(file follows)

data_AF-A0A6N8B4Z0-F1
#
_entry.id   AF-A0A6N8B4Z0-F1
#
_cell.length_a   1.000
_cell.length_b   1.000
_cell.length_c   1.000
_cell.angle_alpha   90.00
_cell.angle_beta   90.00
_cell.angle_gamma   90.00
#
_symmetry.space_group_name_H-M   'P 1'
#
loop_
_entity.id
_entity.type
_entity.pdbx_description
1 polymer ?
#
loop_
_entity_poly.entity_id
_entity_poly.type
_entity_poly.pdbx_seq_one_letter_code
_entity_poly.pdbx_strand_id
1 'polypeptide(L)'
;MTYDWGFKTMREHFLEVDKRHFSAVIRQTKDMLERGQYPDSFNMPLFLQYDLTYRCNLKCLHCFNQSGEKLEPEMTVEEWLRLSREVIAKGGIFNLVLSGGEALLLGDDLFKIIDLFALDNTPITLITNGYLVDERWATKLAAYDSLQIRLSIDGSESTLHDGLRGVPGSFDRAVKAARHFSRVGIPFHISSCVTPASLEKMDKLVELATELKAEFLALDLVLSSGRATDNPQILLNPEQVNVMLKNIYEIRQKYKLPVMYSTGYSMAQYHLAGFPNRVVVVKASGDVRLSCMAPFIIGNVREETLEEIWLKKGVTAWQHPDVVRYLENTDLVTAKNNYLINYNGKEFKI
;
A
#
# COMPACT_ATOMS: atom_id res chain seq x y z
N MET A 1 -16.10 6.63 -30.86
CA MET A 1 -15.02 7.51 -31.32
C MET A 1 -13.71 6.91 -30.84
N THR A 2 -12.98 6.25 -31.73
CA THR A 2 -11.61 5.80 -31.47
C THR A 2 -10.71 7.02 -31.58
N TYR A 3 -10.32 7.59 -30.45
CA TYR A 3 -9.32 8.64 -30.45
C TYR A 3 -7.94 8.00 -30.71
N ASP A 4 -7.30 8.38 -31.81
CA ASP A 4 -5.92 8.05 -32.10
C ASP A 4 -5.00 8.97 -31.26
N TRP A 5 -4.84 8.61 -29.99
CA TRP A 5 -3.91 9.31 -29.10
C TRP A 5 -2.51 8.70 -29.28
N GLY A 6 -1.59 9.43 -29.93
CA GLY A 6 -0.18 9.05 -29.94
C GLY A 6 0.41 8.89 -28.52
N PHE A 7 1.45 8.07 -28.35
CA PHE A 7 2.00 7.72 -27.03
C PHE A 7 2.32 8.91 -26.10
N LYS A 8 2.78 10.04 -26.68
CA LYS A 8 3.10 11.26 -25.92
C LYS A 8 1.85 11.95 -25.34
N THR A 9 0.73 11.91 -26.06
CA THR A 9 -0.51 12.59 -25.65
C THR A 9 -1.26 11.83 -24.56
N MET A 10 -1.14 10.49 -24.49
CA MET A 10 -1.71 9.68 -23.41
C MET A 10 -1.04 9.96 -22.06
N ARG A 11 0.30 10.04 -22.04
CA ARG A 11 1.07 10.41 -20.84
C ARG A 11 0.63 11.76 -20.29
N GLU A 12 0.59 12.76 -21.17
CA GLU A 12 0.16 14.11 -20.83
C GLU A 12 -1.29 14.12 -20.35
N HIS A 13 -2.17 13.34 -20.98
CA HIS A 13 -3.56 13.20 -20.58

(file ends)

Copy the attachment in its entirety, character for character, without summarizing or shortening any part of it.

data_AF-A0A6N8B4Z0-F1
#
_entry.id   AF-A0A6N8B4Z0-F1
#
_cell.length_a   1.000
_cell.length_b   1.000
_cell.length_c   1.000
_cell.angle_alpha   90.00
_cell.angle_beta   90.00
_cell.angle_gamma   90.00
#
_symmetry.space_group_name_H-M   'P 1'
#
loop_
_entity.id
_entity.type
_entity.pdbx_description
1 polymer ?
#
loop_
_entity_poly.entity_id
_entity_poly.type
_entity_poly.pdbx_seq_one_letter_code
_entity_poly.pdbx_strand_id
1 'polypeptide(L)'
;MTYDWGFKTMREHFLEVDKRHFSAVIRQTKDMLERGQYPDSFNMPLFLQYDLTYRCNLKCLHCFNQSGEKLEPEMTVEEWLRLSREVIAKGGIFNLVLSGGEALLLGDDLFKIIDLFALDNTPITLITNGYLVDERWATKLAAYDSLQIRLSIDGSESTLHDGLRGVPGSFDRAVKAARHFSRVGIPFHISSCVTPASLEKMDKLVELATELKAEFLALDLVLSSGRATDNPQILLNPEQVNVMLKNIYEIRQKYKLPVMYSTGYSMAQYHLAGFPNRVVVVKASGDVRLSCMAPFIIGNVREETLEEIWLKKGVTAWQHPDVVRYLENTDLVTAKNNYLINYNGKEFKI
;
A
#
# COMPACT_ATOMS: atom_id res chain seq x y z
N MET A 1 -16.10 6.63 -30.86
CA MET A 1 -15.02 7.51 -31.32
C MET A 1 -13.71 6.91 -30.84
N THR A 2 -12.98 6.25 -31.73
CA THR A 2 -11.61 5.80 -31.47
C THR A 2 -10.71 7.02 -31.58
N TYR A 3 -10.32 7.59 -30.45
CA TYR A 3 -9.32 8.64 -30.45
C TYR A 3 -7.94 8.00 -30.71
N ASP A 4 -7.30 8.38 -31.81
CA ASP A 4 -5.92 8.05 -32.10
C ASP A 4 -5.00 8.97 -31.26
N TRP A 5 -4.84 8.61 -29.99
CA TRP A 5 -3.91 9.31 -29.10
C TRP A 5 -2.51 8.70 -29.28
N GLY A 6 -1.59 9.43 -29.93
CA GLY A 6 -0.18 9.05 -29.94
C GLY A 6 0.41 8.89 -28.52
N PHE A 7 1.45 8.07 -28.35
CA PHE A 7 2.00 7.72 -27.03
C PHE A 7 2.32 8.91 -26.10
N LYS A 8 2.78 10.04 -26.68
CA LYS A 8 3.10 11.26 -25.92
C LYS A 8 1.85 11.95 -25.34
N THR A 9 0.73 11.91 -26.06
CA THR A 9 -0.51 12.59 -25.65
C THR A 9 -1.26 11.83 -24.56
N MET A 10 -1.14 10.49 -24.49
CA MET A 10 -1.71 9.68 -23.41
C MET A 10 -1.04 9.96 -22.06
N ARG A 11 0.30 10.04 -22.04
CA ARG A 11 1.07 10.41 -20.84
C ARG A 11 0.63 11.76 -20.29
N GLU A 12 0.59 12.76 -21.17
CA GLU A 12 0.16 14.11 -20.83
C GLU A 12 -1.29 14.12 -20.35
N HIS A 13 -2.17 13.34 -20.98
CA HIS A 13 -3.56 13.20 -20.58